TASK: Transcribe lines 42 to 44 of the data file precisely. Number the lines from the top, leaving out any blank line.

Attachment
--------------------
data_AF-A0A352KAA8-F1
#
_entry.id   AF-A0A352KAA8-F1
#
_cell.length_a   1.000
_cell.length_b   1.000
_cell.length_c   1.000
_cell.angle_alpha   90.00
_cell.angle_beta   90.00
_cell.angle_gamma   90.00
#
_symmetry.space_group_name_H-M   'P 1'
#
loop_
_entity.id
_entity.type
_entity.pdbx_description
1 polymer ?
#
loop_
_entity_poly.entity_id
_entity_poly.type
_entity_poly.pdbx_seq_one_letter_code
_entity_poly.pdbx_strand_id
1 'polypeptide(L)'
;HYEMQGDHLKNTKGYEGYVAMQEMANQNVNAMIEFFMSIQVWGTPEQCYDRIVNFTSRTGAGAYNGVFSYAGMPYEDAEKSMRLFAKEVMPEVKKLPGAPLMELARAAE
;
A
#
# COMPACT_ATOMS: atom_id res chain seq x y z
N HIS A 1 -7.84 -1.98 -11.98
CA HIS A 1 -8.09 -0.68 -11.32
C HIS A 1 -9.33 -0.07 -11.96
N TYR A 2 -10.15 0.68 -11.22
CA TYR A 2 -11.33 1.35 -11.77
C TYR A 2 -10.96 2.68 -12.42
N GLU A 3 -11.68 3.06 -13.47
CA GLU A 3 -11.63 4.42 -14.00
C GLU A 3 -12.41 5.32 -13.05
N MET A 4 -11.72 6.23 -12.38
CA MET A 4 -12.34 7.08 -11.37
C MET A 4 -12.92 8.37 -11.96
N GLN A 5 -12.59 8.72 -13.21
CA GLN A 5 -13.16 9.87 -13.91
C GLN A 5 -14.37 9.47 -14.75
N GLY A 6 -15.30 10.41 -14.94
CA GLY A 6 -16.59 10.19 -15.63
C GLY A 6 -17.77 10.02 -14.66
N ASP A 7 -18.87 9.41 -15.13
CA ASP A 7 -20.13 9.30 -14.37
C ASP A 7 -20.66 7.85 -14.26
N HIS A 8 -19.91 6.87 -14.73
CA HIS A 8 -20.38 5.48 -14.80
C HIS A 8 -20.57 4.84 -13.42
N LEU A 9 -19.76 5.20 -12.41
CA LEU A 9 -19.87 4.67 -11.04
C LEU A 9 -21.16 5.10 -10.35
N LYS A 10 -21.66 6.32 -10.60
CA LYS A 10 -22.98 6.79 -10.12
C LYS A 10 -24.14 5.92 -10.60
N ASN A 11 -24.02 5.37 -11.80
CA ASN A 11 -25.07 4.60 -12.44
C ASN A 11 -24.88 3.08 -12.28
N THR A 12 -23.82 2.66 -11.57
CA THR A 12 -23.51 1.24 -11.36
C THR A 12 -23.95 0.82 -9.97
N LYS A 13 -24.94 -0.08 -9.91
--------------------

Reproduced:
C MET A 4 -12.92 8.37 -11.96
N GLN A 5 -12.59 8.72 -13.21
CA GLN A 5 -13.16 9.87 -13.91